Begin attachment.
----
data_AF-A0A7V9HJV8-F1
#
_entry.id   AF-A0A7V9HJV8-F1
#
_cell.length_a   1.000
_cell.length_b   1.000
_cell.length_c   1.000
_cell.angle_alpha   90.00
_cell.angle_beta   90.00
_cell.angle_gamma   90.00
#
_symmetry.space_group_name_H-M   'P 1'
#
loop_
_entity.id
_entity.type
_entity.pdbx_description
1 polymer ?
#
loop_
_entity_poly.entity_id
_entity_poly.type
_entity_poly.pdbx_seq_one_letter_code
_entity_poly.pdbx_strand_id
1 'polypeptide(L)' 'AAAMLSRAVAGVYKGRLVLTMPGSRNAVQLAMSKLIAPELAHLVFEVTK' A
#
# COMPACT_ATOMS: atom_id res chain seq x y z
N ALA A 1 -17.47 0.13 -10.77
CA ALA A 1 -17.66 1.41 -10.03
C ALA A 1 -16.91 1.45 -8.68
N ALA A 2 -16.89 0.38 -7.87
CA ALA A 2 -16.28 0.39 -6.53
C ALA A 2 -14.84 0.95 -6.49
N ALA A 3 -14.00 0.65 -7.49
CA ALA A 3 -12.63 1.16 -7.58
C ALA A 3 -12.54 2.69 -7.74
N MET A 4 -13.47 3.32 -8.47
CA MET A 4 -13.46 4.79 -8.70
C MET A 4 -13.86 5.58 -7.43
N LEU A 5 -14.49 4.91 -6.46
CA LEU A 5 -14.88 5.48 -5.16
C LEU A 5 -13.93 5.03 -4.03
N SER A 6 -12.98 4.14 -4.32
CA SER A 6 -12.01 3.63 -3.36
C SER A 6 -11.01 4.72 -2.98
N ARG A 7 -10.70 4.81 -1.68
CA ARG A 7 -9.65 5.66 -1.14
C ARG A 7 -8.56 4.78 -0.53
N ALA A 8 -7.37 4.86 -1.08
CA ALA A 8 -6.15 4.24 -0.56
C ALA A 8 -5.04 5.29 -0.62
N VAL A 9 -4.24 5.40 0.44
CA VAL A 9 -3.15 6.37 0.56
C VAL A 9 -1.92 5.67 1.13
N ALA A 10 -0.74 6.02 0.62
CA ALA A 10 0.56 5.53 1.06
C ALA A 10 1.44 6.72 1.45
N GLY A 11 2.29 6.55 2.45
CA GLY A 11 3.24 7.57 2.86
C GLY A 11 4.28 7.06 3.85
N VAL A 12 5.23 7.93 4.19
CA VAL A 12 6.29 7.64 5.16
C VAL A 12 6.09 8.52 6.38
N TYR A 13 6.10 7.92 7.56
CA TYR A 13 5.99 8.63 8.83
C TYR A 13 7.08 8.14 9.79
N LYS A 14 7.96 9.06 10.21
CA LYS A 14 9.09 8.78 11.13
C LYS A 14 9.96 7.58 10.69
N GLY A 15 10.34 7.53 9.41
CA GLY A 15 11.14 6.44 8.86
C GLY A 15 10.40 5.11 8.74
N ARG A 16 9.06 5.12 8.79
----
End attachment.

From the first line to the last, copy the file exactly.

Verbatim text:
data_AF-A0A7V9HJV8-F1
#
_entry.id   AF-A0A7V9HJV8-F1
#
_cell.length_a   1.000
_cell.length_b   1.000
_cell.length_c   1.000
_cell.angle_alpha   90.00
_cell.angle_beta   90.00
_cell.angle_gamma   90.00
#
_symmetry.space_group_name_H-M   'P 1'
#
loop_
_entity.id
_entity.type
_entity.pdbx_description
1 polymer ?
#
loop_
_entity_poly.entity_id
_entity_poly.type
_entity_poly.pdbx_seq_one_letter_code
_entity_poly.pdbx_strand_id
1 'polypeptide(L)' 'AAAMLSRAVAGVYKGRLVLTMPGSRNAVQLAMSKLIAPELAHLVFEVTK' A
#
# COMPACT_ATOMS: atom_id res chain seq x y z
N ALA A 1 -17.47 0.13 -10.77
CA ALA A 1 -17.66 1.41 -10.03
C ALA A 1 -16.91 1.45 -8.68
N ALA A 2 -16.89 0.38 -7.87
CA ALA A 2 -16.28 0.39 -6.53
C ALA A 2 -14.84 0.95 -6.49
N ALA A 3 -14.00 0.65 -7.49
CA ALA A 3 -12.63 1.16 -7.58
C ALA A 3 -12.54 2.69 -7.74
N MET A 4 -13.47 3.32 -8.47
CA MET A 4 -13.46 4.79 -8.70
C MET A 4 -13.86 5.58 -7.43
N LEU A 5 -14.49 4.91 -6.46
CA LEU A 5 -14.88 5.48 -5.16
C LEU A 5 -13.93 5.03 -4.03
N SER A 6 -12.98 4.14 -4.32
CA SER A 6 -12.01 3.63 -3.36
C SER A 6 -11.01 4.72 -2.98
N ARG A 7 -10.70 4.81 -1.68
CA ARG A 7 -9.65 5.66 -1.14
C ARG A 7 -8.56 4.78 -0.53
N ALA A 8 -7.37 4.86 -1.08
CA ALA A 8 -6.15 4.24 -0.56
C ALA A 8 -5.04 5.29 -0.62
N VAL A 9 -4.24 5.40 0.44
CA VAL A 9 -3.15 6.37 0.56
C VAL A 9 -1.92 5.67 1.13
N ALA A 10 -0.74 6.02 0.62
CA ALA A 10 0.56 5.53 1.06
C ALA A 10 1.44 6.72 1.45
N GLY A 11 2.29 6.55 2.45
CA GLY A 11 3.24 7.57 2.86
C GLY A 11 4.28 7.06 3.85
N VAL A 12 5.23 7.93 4.19
CA VAL A 12 6.29 7.64 5.16
C VAL A 12 6.09 8.52 6.38
N TYR A 13 6.10 7.92 7.56
CA TYR A 13 5.99 8.63 8.83
C TYR A 13 7.08 8.14 9.79
N LYS A 14 7.96 9.06 10.21
CA LYS A 14 9.09 8.78 11.13
C LYS A 14 9.96 7.58 10.69
N GLY A 15 10.34 7.53 9.41
CA GLY A 15 11.14 6.44 8.86
C GLY A 15 10.40 5.11 8.74
N ARG A 16 9.06 5.12 8.79